DUBAI, United Arab Emirates (AP) — The political crisis engulfing Qatar stems from accusations by its Arab neighbors that it supports terrorism. Qatar denies the allegations, but its ties with Iran and embrace of various Islamist groups have brought intense scrutiny, made it a regional outlier and created enough smoke to suggest a fire. Last week, Saudi Arabia, Egypt, the United Arab Emirates and Bahrain severed ties with Qatar amid a slew of punitive measures. On Friday, the four Arab states upped the pressure by naming 59 people and several charities linked to Qatar on a terrorist list.
Governments across the region routinely cite terrorism as justification to clamp down on political opposition and rights activists. Some groups Qatar has backed — such as the Muslim Brotherhood — are seen by many as a legitimate political force. Others, including some hard-line Sunni rebel factions in Syria, are not that different ideologically from groups that Saudi Arabia backs there.
Here's a look at the various groups Qatar's accused of supporting and its relationship with them:
AL-QAIDA AND ISLAMIC STATE GROUP
Qatar's Arab neighbors have accused it of backing al-Qaida and the Islamic State group's ideology across the region, from Syria to the Sinai Peninsula. Experts and groups in Syria say Qatari finances have indirectly propped up militant groups. Similar accusations were leveled at Saudi Arabia and other Gulf countries in the early days of Syria's 2011 uprising, but experts say these governments amended their official stances and financing laws.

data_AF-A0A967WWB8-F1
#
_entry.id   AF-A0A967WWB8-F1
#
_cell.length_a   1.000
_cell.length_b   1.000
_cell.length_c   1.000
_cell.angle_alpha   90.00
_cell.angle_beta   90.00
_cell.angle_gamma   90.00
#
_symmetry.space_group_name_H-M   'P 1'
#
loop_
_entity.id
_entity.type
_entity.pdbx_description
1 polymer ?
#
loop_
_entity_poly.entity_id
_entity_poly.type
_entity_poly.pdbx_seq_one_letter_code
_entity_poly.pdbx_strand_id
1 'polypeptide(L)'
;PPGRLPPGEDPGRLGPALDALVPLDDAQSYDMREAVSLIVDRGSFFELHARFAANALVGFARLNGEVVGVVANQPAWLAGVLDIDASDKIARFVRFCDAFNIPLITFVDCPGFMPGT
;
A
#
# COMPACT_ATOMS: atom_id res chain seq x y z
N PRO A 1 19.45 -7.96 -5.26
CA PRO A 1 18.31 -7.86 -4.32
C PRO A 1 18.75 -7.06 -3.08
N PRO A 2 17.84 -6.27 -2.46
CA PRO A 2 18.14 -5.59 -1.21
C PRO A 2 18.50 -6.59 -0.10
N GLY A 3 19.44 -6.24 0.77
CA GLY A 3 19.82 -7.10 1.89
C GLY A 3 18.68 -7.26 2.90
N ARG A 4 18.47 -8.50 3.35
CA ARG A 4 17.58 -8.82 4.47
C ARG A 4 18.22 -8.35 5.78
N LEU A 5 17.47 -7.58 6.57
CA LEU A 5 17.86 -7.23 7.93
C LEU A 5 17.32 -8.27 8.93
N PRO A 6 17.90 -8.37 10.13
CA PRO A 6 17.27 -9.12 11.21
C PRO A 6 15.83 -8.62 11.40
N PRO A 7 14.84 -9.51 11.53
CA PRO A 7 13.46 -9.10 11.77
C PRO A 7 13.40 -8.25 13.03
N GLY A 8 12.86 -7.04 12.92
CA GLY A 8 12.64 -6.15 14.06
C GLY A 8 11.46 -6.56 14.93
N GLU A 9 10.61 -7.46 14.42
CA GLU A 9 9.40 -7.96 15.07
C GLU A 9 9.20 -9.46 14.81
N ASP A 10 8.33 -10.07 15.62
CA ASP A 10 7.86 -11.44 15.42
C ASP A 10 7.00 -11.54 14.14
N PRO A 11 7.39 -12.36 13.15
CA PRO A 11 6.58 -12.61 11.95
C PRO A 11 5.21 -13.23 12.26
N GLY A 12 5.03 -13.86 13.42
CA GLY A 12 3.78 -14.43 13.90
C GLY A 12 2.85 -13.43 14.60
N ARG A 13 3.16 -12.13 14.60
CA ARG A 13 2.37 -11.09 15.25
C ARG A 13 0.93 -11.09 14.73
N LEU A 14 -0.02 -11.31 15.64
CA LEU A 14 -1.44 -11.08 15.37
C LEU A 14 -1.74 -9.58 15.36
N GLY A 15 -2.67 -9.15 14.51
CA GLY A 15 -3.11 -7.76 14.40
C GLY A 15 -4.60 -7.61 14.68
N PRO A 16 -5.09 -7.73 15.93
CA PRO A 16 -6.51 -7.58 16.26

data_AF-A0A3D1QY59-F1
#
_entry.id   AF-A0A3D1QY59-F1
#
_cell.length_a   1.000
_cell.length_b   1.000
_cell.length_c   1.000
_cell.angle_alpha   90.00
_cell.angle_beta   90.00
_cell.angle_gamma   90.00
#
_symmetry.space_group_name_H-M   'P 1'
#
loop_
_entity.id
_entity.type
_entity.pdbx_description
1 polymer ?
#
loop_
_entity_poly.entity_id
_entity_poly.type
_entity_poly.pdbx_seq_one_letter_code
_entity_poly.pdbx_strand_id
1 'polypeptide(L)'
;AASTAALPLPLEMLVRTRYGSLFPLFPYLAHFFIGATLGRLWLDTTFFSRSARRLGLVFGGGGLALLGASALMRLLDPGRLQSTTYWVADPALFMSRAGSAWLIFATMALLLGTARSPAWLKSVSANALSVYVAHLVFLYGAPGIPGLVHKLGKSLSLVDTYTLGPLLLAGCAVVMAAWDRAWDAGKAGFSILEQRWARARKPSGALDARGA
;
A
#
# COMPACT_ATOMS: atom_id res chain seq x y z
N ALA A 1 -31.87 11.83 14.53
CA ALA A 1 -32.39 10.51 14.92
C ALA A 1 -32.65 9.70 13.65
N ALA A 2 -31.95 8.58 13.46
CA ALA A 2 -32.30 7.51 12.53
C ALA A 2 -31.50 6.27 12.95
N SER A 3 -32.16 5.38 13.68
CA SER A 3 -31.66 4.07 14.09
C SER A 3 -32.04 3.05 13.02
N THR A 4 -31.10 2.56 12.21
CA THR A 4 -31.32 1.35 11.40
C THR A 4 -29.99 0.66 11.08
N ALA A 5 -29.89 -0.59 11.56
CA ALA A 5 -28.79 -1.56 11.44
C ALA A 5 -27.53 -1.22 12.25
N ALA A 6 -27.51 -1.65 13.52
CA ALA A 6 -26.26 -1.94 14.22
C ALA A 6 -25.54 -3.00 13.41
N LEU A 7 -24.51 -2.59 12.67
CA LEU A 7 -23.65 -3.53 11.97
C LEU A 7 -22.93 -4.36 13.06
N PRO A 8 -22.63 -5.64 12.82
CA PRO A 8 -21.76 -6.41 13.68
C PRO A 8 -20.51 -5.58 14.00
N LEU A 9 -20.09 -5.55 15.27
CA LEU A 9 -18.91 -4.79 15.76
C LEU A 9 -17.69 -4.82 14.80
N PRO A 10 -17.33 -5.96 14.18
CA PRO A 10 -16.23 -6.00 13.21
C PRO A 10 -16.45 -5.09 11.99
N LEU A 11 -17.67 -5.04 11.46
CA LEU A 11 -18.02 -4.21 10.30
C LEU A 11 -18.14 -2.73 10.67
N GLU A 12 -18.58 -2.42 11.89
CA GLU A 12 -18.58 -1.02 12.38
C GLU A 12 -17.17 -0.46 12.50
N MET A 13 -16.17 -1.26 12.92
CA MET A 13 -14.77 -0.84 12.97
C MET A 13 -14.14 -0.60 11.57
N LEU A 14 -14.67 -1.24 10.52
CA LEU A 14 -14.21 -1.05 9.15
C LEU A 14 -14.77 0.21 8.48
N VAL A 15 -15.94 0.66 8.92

Some express concern that the row between Saudi Arabia and Qatar could undermine all finances to the Syrian opposition — where, on the ground, the lines are blurred over which groups cooperate with radicals. Hassan Hassan, a Syria expert, said Qatar has never supported al-Qaida or IS directly. However, he said Qatar has supported Ahrar al-Sham, whose founders are linked to al-Qaida. For its part, Saudi Arabia once hosted members of Ahrar al-Sham at a Syrian opposition conference in its capital.
MUSLIM BROTHERHOOD, A POLARIZING FORCE